Internet Architecture Board

RFC2850

IP Stack Evolution Program

Home»Activities»Programs»IP Stack Evolution Program

Description

The IP Stack Evolution program covers various topics in the evolution of IPv4 and IPv6, the transport protocols running over IP, and the overall protocol stack architecture. The program addresses challenges that affect the stack in some way and where the IETF community requires architectural guidance, responding to community requests as well as actively monitoring work within IETF WGs which touch on relevant topics.

There is an observed trend of functionality moving “up the stack”: where the “waist” was once IP, now most applications run over TCP/IP, or even HTTP/TCP/IP; the stack has become increasingly ossified. This is in response both to reduced path transparency within the Internet — middleboxes that limit the protocols of the traffic that can pass through them — as well as insufficiently flexible interfaces for platform and application developers. The emergence of both new application requirements demanding more flexibility from the stack, especially at layer 4, as well as the increasing ubiquity of encryption to protect against pervasive surveillance, provides an opportunity to re-evaluate and reverse this trend.

This program aims to provide architectural guidance, and a point of coordination for work at the architectural level to improve the present situation of ossification in the Internet protocol stack. Where a working group relevant to a particular aspect of IP stack evolution exists, the program will facilitate cross-group and cross-area coordination. The program also produces documents on the IAB stream providing general guidance on and covering architectural aspects of stack evolution.

Current Active Work

(1) Discussion of principles for making new protocols within the IP stack deployable, following in part on RFC 5218 “What Makes for a Successful Protocol”.

(2) Discussion of principles for the use of encapsulation at various layers within the protocol stack. UDP-based encapsulations are not only useful for evolution above the IP layer, but in many tunneling contexts as well. The probable commonalities among all these applications of encapsulation might be useful in simplifying their implementation, deployment, and use.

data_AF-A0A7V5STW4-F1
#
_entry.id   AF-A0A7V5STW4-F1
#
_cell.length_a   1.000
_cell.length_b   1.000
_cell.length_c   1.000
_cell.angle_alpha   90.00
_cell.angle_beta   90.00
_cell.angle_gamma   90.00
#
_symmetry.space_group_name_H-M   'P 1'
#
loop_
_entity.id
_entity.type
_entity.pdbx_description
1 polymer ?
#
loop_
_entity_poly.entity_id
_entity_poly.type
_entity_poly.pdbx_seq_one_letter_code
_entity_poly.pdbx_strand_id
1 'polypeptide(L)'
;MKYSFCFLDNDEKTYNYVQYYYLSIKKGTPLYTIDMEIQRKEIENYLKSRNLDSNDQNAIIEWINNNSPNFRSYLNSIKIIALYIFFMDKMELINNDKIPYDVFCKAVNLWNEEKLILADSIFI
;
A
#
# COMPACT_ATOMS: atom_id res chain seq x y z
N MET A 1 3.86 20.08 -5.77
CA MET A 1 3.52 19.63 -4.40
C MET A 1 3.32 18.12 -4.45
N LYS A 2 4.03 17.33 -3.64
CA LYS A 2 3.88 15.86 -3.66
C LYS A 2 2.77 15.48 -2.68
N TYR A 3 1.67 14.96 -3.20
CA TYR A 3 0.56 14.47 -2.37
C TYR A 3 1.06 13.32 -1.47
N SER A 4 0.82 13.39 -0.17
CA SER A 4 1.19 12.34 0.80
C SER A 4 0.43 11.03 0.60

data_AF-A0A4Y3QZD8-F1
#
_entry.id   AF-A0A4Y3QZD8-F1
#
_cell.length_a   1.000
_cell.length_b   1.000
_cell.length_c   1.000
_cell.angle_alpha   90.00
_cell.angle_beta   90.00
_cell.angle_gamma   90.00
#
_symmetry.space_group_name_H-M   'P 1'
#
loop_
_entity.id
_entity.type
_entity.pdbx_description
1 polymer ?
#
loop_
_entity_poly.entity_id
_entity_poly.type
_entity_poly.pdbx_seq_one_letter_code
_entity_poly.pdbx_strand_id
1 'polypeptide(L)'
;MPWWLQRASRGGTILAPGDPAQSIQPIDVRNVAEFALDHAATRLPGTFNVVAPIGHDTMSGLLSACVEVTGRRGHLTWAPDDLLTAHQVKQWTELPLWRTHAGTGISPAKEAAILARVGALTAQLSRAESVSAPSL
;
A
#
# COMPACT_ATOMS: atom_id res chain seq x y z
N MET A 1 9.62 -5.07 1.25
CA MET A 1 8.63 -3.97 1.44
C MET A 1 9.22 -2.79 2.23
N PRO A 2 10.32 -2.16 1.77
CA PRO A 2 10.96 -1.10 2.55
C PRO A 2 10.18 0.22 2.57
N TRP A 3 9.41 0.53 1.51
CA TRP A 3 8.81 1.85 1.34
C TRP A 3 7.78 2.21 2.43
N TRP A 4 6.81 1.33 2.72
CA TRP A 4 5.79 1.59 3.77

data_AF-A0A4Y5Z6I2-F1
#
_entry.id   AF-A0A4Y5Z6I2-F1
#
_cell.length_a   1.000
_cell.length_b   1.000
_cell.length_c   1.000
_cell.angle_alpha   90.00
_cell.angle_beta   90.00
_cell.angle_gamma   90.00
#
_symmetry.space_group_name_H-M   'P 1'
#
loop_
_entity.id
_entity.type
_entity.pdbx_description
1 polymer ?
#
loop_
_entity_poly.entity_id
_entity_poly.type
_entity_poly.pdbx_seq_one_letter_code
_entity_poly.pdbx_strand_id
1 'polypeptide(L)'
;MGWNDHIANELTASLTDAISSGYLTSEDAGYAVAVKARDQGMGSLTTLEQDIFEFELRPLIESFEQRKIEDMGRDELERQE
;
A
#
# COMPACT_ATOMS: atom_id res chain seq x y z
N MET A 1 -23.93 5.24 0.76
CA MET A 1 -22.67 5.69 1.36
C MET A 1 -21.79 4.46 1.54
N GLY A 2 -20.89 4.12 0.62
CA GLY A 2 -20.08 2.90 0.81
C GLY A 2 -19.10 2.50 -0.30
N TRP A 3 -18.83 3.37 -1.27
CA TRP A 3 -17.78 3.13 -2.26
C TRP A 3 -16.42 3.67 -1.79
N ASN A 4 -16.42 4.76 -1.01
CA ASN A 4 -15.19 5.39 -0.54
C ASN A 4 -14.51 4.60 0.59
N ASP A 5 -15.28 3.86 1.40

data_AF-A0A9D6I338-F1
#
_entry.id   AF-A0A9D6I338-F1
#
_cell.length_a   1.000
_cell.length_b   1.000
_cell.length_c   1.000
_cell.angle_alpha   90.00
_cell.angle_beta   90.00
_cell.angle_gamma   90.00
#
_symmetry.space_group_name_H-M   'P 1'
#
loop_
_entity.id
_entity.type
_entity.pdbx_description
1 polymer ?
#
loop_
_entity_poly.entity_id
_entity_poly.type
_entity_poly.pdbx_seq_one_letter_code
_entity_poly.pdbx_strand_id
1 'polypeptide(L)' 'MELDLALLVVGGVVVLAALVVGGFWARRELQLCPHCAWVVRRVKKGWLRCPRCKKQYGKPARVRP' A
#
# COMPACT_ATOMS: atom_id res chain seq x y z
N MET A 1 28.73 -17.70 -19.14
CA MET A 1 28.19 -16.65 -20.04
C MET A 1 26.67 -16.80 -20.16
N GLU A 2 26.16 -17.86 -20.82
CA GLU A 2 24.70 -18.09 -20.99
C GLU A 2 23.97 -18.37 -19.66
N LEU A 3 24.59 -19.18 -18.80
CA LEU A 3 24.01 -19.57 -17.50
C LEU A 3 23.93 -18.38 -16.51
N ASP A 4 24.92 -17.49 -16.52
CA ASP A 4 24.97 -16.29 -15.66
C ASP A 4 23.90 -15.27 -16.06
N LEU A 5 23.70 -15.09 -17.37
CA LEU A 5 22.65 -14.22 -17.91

(3) Architectural guidance on the interoperability of protocol stacks for use in constrained devices, focusing on issues related to mutually incompatible interactions among application, transport, network, and link layer protocols.

Past Workshops, BoFs, etc.

The Program has organized several workshops, Birds of a Feather sessions, and proposed Research Groups on topics related to its areas of work:

Documents Published

This program has itself evolved from the IP Evolution Program, which looked at general architectural issues in the evolution of IPv4 and IPv6 and the overall protocol stack architecture, and produced the following documents:

Members

IAB Members

  • Brian Trammell (Lead)
  • Ralph Droms
  • Ted Hardie
  • Joe Hildebrand
  • Lee Howard
  • Erik Nordmark
  • Robert Sparks
  • Dave Thaler
  • Martin Thomson

Non-IAB Members

  • Mary Barnes
  • Marc Blanchet
  • David Black
  • Spencer Dawkins
  • Lars Eggert
  • Aaron Falk
  • Jana Iyengar
  • Suresh Krishnan
  • Mirja Kuehlewind
  • Eliot Lear
  • Eric Rescorla
  • Natasha Rooney
  • Martin Stiemerling
  • Michael Welzl

Mailing List

Meeting Minutes